Read & Study the Bible Online - Bible Portal
Matthew Henry

Matthew Henry's Complete Commentary - Luke 12:13-21

We have in these verses, I. The application that was made to Christ, very unseasonably, by one of his hearers, desiring him to interpose between him and his brother in a matter that concerned the estate of the family (Luke 12:13): ?Master, speak to my brother; speak as a prophet, speak as a king, speak with authority; he is one that will have regard to what thou sayest; speak to him, that he divide the inheritance with me.? Now, 1. Some think that his brother did him wrong, and that he... read more

William Barclay

William Barclay's Daily Study Bible - Luke 12:13-34

12:13-34 One of the crowd said to Jesus, "Teacher, tell my brother to divide the inheritance with me." He said to him, "Man, who appointed me a judge or an arbitrator over you?" He said to them, "Watch and guard yourself against the spirit which is always wanting more; for even if a man has an abundance his life does not come from his possessions." He spoke a parable to them. "The land," he said, "of a rich man bore good crops. He kept thinking what he would do. 'What will I do,' he said,... read more

John Gill

John Gills Exposition of the Bible Commentary - Luke 12:19

And I will say to my soul ,.... Himself, see Psalm 49:18 or to his sensual appetite, which he sought to indulge and gratify, for he was wholly a sensual and carnal man: soul, thou hast much goods laid up for many years : he foolishly promises himself a long life, when no man can boast of tomorrow, or knows what a day will bring forth; or can assure himself he shall live a day, an hour, or moment longer: and he also depended upon the safety of his goods, thus laid up; whereas his barns... read more

Adam Clarke

Adam Clarke's Commentary on the Bible - Luke 12:19

Soul, thou hast much goods - Great possessions are generally accompanied with pride, idleness, and luxury; and these are the greatest enemies to salvation. Moderate poverty, as one justly observes, is a great talent in order to salvation; but it is one which nobody desires. Take thine ease, eat, drink, and be merry - This was exactly the creed of the ancient Atheists and Epicureans. Ede, bibe, lude; post mortem nulla voluptas . What a wretched portion for an immortal spirit! and yet... read more

John Calvin

John Calvin's Commentary on the Bible - Luke 12:19

Verse 19 19.Take thine ease, eat, drink, enjoy thyself. When he exhorts himself to eat and drink, he no longer remembers that he is a man, but swells into pride by relying on his abundance. We daily perceive striking instances of this disdainful conduct (270) in irreligious men, who hold up the mass of their riches, as if it were nothing less than a brazen rampart against death. When he says, Eat, my soul, and enjoy thyself, there is an emphatic meaning in this Hebrew idiom; (271) for he... read more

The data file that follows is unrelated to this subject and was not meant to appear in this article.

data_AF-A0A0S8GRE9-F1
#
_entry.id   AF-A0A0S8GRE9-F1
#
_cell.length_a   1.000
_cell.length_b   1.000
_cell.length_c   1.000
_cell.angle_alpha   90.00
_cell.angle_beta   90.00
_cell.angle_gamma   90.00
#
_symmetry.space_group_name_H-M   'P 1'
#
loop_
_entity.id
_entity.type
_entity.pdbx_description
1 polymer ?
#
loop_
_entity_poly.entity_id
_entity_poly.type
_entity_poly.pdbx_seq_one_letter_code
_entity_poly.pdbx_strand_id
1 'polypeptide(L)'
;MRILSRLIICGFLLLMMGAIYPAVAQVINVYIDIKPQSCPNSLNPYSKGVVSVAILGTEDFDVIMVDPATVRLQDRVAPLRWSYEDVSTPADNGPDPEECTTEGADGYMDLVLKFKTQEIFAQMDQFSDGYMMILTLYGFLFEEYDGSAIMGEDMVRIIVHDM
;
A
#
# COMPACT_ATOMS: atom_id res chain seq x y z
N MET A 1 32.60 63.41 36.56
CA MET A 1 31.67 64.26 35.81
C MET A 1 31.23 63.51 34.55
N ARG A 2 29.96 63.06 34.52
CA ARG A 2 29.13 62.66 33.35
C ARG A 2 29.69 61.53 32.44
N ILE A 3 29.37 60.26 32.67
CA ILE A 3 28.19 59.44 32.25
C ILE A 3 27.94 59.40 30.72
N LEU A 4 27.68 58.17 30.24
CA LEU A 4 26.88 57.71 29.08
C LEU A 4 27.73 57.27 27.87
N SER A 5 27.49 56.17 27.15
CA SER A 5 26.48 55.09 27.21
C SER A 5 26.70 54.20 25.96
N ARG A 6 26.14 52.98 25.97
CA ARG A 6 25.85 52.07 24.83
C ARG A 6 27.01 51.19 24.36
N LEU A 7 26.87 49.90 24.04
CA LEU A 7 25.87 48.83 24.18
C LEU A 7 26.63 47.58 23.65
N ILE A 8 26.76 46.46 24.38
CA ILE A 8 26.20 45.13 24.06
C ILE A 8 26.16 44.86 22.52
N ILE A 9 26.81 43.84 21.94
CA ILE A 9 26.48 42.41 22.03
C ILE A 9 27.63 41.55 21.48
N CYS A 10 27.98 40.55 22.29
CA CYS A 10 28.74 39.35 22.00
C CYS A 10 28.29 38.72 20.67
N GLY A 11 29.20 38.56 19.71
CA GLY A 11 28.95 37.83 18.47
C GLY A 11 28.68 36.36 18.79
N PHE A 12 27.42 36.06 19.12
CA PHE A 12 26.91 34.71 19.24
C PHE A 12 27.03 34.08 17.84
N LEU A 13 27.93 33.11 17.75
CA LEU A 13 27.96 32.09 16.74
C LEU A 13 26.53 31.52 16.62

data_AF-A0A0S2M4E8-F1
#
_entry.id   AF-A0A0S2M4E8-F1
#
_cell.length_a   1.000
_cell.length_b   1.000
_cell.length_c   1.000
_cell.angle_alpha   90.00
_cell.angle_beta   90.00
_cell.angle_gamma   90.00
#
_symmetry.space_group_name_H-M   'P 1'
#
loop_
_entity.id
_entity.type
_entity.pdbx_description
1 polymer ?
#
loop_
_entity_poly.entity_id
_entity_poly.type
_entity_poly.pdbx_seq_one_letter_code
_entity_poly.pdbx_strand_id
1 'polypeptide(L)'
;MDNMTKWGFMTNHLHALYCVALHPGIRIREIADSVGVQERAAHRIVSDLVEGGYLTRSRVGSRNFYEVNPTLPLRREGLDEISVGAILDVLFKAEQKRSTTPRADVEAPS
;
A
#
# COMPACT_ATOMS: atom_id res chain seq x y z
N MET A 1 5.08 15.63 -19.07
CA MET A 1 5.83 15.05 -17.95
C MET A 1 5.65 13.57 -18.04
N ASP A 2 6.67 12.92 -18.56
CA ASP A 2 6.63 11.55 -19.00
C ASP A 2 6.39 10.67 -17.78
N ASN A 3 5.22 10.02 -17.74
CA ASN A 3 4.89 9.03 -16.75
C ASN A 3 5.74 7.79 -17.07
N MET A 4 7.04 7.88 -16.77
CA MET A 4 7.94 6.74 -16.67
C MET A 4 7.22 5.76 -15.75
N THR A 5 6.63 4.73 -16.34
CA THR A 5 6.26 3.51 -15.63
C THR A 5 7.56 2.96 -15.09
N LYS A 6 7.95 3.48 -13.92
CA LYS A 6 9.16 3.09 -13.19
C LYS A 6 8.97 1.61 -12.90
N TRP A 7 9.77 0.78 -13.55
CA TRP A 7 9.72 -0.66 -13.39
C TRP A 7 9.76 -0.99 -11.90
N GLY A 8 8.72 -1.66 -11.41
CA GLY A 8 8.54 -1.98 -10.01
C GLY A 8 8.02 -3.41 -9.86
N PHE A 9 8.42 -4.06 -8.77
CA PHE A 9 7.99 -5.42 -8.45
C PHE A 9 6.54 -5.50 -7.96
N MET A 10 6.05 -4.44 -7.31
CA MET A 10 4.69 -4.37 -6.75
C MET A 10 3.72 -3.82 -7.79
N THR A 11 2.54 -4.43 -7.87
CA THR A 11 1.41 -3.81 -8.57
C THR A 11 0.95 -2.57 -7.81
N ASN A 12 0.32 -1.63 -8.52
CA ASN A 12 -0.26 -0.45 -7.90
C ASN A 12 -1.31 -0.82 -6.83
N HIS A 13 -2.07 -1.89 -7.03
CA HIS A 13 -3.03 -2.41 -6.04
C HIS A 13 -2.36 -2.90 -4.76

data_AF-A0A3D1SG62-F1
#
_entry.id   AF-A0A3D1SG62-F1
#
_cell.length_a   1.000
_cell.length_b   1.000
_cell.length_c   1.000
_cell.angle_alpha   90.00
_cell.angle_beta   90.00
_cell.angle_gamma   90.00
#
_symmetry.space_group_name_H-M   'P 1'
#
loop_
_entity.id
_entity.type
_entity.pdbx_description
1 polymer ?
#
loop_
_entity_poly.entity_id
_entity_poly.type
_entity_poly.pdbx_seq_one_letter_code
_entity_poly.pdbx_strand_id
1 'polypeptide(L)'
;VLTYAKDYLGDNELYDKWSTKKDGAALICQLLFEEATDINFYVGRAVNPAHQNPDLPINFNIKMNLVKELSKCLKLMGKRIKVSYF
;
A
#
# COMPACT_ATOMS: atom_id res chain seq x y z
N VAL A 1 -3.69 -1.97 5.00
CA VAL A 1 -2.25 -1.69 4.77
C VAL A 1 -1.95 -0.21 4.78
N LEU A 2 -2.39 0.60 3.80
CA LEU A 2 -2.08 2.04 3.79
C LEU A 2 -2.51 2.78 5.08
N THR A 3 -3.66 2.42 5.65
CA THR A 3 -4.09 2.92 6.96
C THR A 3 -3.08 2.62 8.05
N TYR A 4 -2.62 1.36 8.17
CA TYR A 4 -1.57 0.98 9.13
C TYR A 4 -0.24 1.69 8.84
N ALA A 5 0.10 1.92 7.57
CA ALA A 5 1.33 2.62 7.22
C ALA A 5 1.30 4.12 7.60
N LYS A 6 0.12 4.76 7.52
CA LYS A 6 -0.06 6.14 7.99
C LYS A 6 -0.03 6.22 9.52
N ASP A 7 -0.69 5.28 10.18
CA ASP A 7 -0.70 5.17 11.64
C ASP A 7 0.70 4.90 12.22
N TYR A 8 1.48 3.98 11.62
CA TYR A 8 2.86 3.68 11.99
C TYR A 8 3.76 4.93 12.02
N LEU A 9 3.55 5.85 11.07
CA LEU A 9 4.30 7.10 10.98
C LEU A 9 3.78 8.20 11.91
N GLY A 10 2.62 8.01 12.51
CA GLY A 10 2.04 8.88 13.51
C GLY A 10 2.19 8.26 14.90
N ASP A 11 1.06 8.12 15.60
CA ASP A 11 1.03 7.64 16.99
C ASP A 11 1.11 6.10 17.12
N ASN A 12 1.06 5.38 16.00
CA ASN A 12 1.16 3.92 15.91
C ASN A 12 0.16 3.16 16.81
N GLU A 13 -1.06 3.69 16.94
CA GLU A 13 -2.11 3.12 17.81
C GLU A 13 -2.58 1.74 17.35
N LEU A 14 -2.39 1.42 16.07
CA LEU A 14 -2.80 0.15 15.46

Spence, H. D. M., etc.

The Pulpit Commentary - Luke 12:1-59

The Lord , after leaving the Pharisee ' s house , speaks at great length to a numerous crowd waiting for him , addressing his words principally to his own disciples. The foregoing scene ( Luke 11:1-54 .), when the Master addressed his bitter reproaches to the learned and cultivated of the great Pharisee party, took place in a private house belonging to an apparently wealthy member of this, the dominant class. The name of the large village or provincial town where all this... read more

Spence, H. D. M., etc.

The Pulpit Commentary - Luke 12:13-21

A warning against covetousness. Amid the important teaching of our Lord there comes an interlude by reason of a brother, who had been wronged out of his share of the inheritance, appealing for redress to Christ. He wanted our Lord to play the part of a small attorney and get conveyed to him some share. This our Lord deliberately declines to do, indicating that he has come into the world for higher work than worldly arbitration. This aspect of the subject has been well handled by Robertson... read more

Spence, H. D. M., etc.

The Pulpit Commentary - Luke 12:13-31

Worldliness. To the earnest teacher nothing can be more irritating than a half-attentive attitude or a remark which indicates preoccupation of mind with other and inferior things. Think of Christ, towards the close of a day of controversy with the Pharisees, and in the midst of solemn speech as to the duty of a true man, invited on a sudden to decide in a family quarrel, to settle a dispute about some money or some acres of soil. We know nothing about the person who appealed to him ( Luke... read more

Spence, H. D. M., etc.

The Pulpit Commentary - Luke 12:19

And I will say to my soul, Soul, thou hast much goods laid up for many years. "What folly!" writes St. Basil. "Had thy soul been a sty, what else couldst thou have promised to it? Art thou so ignorant of what really belongs to the soul, that thou offerest to it the foods of the body? And givest thou to thy soul the things which the draught receives?" Many years. How little did that poor fool, so wise in all matters of earthly business, suspect the awful doom was so close to him! He... read more

Albert Barnes

Albert Barnes' Notes on the Whole Bible - Luke 12:19

Much goods - Much property. Enough to last a long while, so that there is no need of anxiety or labor.Take thine ease - Be free from care about the future. Have no anxiety about coming to want.Eat, drink, and be merry - This was just the doctrine of the ancient Epicureans and atheists, and it is, alas! too often the doctrine of those who are rich. They think that all that is valuable in life is to eat, and drink, and be cheerful or merry. Hence, their chief anxiety is to obtain the “delicacies... read more

Group of Brands